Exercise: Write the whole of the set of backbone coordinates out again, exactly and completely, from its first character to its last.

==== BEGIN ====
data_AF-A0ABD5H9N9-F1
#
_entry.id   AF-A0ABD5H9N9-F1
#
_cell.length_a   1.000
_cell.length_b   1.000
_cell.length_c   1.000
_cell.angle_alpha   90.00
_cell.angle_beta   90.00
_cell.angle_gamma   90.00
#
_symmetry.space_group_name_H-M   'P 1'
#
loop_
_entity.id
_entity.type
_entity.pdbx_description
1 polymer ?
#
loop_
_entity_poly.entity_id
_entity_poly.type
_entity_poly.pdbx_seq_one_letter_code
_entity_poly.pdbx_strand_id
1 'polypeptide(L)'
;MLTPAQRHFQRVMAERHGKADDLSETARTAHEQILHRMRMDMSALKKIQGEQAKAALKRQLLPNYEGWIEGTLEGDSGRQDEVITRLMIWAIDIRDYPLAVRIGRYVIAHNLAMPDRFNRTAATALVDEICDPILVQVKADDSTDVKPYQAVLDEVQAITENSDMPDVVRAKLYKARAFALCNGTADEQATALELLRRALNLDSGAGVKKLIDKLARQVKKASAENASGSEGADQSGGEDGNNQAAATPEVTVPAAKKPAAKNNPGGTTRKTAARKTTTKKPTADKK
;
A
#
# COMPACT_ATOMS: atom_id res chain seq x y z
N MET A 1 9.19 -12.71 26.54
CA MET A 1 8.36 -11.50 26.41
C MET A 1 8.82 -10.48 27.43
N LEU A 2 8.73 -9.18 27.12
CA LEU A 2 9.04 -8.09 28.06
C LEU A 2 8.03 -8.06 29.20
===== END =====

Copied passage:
data_AF-A0ABD5H9N9-F1
#
_entry.id   AF-A0ABD5H9N9-F1
#
_cell.length_a   1.000
_cell.length_b   1.000
_cell.length_c   1.000
_cell.angle_alpha   90.00
_cell.angle_beta   90.00
_cell.angle_gamma   90.00
#
_symmetry.space_group_name_H-M   'P 1'
#
loop_
_entity.id
_entity.type
_entity.pdbx_description
1 polymer ?
#
loop_
_entity_poly.entity_id
_entity_poly.type
_entity_poly.pdbx_seq_one_letter_code
_entity_poly.pdbx_strand_id
1 'polypeptide(L)'
;MLTPAQRHFQRVMAERHGKADDLSETARTAHEQILHRMRMDMSALKKIQGEQAKAALKRQLLPNYEGWIEGTLEGDSGRQDEVITRLMIWAIDIRDYPLAVRIGRYVIAHNLAMPDRFNRTAATALVDEICDPILVQVKADDSTDVKPYQAVLDEVQAITENSDMPDVVRAKLYKARAFALCNGTADEQATALELLRRALNLDSGAGVKKLIDKLARQVKKASAENASGSEGADQSGGEDGNNQAAATPEVTVPAAKKPAAKNNPGGTTRKTAARKTTTKKPTADKK
;
A
#
# COMPACT_ATOMS: atom_id res chain seq x y z
N MET A 1 9.19 -12.71 26.54
CA MET A 1 8.36 -11.50 26.41
C MET A 1 8.82 -10.48 27.43
N LEU A 2 8.73 -9.18 27.12
CA LEU A 2 9.04 -8.09 28.06
C LEU A 2 8.03 -8.06 29.20